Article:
#387. Sony A7rII review. First Impressions

#387. Sony A7rII review. First Impressions

This Sony A7rII review guest post by Bob Hamilton is summary of recent email exchanges between Bob and myself. For those who do not know him, Bob is a very talented Scottish photographer with a passion for Saga Islands (see his website here). 2 things you need to know about Bob to put the following comments into perspective:

  1. He is a Leica S owner and expert. The photographs he has sent me made using that camera are mind-bogglingly good.
  2. He owns a Sony A7r and, like me, has experienced the exhilaration of total camera failure (and abysmal Sony after-sales service) at the very worst moment (in a once in a lifetime remote location)

So be assured that Bob definitely isn’t a Sony fanboy and that his comments are 110% objective !

With that said, let me stress the first impressions aspect of this review. No need to start a flame war is something in the following lines doesn’t please your expectations or match someone else’s findings!


First impressions are that it is a grade better made and much more robust than its predecessor – especially the lens mount which shows no real movement now.

From having one of the worst shutters I have heard, Sony have transformed the camera into having one of the best – a marvellous little “snick” and no more.

It now feels almost like a professional tool.
It’s early days yet but this has a different feel to it than the “old” model – a much more solid and capable camera and one more like the RX1r which is why I was lured into buying the A7r in the first place. If, as I suspect, its performance with legacy rangefinder lenses (especially the wides) is significantly improved, it will be a complete game-changer and signal the end of the Leica M for all but the rangefinder diehards.

The camera is extremely responsive now and there is no longer the really worrying clunking noise on turning it off or on. They really do seem to have sorted the shutter.

659DSC0362 Kirkton Glen

Kirkton Glen – Sony A7rII and Leica Tri-Elmar-M at 21mm (c) Bob Hamilton

A minor miracle appears to have occurred in that two of my favourite M lenses – the 18mm Super Elmar and 24mm Elmar – appear to show no colour fringing, whereas they were simply awful on the original A7. The 18mm Super Elmar and 24mm Elmar still have some problems (vignetting and softness at the edges) but are much, much better than they were on the A7r1. I would think anything from 35mm on will perform well.

The performance of the 28-90 Leica R lens is maybe not the best on the camera, especially at the wider focal lengths. The Tri Elmar seems to behave well as it did on the previous model.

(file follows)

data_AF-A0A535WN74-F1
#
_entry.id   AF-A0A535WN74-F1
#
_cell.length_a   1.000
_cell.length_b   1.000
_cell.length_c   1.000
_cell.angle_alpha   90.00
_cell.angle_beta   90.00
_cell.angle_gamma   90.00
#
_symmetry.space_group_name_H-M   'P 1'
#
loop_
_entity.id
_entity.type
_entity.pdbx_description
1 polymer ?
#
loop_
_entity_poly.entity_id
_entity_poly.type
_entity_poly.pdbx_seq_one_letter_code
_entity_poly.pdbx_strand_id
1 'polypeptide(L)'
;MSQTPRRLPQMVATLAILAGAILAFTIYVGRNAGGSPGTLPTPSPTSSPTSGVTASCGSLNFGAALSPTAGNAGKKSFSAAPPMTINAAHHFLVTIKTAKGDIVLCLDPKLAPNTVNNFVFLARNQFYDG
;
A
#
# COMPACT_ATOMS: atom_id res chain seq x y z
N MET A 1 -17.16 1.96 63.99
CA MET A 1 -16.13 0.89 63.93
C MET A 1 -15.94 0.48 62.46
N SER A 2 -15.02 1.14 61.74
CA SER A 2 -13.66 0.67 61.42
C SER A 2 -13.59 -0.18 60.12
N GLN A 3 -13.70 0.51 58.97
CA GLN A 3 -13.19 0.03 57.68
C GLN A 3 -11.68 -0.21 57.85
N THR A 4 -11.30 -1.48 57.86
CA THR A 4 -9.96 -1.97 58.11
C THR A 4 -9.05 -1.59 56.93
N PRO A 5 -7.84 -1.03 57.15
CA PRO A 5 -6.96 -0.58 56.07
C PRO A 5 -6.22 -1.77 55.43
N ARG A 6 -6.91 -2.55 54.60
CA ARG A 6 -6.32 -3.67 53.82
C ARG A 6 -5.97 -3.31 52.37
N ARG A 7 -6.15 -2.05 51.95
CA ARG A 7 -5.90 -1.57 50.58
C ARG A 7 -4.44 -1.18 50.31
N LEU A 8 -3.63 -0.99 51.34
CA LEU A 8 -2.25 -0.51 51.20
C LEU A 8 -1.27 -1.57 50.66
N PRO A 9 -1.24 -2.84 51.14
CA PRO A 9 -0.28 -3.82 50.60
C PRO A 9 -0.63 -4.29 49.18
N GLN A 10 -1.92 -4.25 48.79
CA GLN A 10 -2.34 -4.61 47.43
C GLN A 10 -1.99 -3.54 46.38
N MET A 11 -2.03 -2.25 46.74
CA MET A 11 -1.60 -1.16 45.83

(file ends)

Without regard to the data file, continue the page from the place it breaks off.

Jury still out on non native lenses but the general impression is one of impressive general improvement.

659DSC0318 Balquhidder and Loch Voil from Creag an Tuirc

Balquhidder and Loch Voil from Creag an Tuirc – Sony A7rII and Sony Zeiss FE 55/1.8 (c) Bob Hamilton

I have to say that I find focusing manually quite difficult (the EVF is nowhere near as good as the Olympus one in this respect) . It’s strange, but I find it quite easy to manually focus native or A mount lenses on the A7r2 but not so easy, in fact downright difficult, to focus legacy lenses, even when the lens is opened right up to the widest aperture. The subject matter makes quite a difference – buildings are easier than landscapes – but the native lenses are easier regardless of subject.

I do use focus peaking, but don’t totally trust it and I find the 5x magnified view of the EVF not to have sufficient detail to focus accurately, especially as the line between being in and out of focus is so fine. I must learn to trust the peaking facility but, like you, dislike the distortion it brings to the viewed image – a bit like the blinking zebras which must be capable of bringing on epilepsy in a susceptible person…!!!

659DSC0238 Loch Voil from Creag an Tuirc

Loch Voil from Creag an Tuirc – Sony A7rII and Leica Vario-Elmarit-R ASPH 28-90/2.8 at 90mm (c) Bob Hamilton

I tried the A mount Sony Zeiss Distagon 24mm (used via the latest A to E adaptor) both in auto and manual focus modes and the auto focus was way off with the manual focus being spot on which was the same experience as I had with the A7r1 – infinity focus was almost impossible with the lens continually focusing on about 5 metres instead.
The sensor stabilisation is good, if not as good as the Olympus offering and is probably round about 3 stops as opposed to 5 which not surprising given the difference in sensor size.

659DSC0166 Red Squirrel, Kirkton Glen

Red Squirrel, Kirkton Glen – Sony A7rII and Sony 70-200 FE (c) Bob Hamilton

The resolution is greater than the Leica S type 006 but the image quality, although excellent, is not quite on a par – I don’t know whether it’s the CCD sensor (16 bit colour as opposed to ?) or what must be among the finest lenses ever made but the S still holds the crown for me. As I said, though, early days yet and I need to print something decent to get a real flavour of the camera’s capability. What I do know is that yesterday’s walk was a lightweight pleasure with camera, Tri-Elmar, 35mm, 55mm and 70-200mm lenses…!!!

I’ve ordered the Batis 25mm lens and look forward to its arrival.

Image of red squirrel attached taken with the 70-200mm FE lens – couldn’t have taken it with the Leica S – enough said.…!!!

I printed one of the waterfall images, taken with the Tri Elmar at the 21mm setting, at the largest my printer is able to do – 620mm by 430mm (328dpi) – and I have to say that the resulting print is quite impressive with pretty good tonality and plenty of detail across most of the frame with only the very (and I mean very) extreme corners being slightly less sharp. That bodes well for future Batis lenses.


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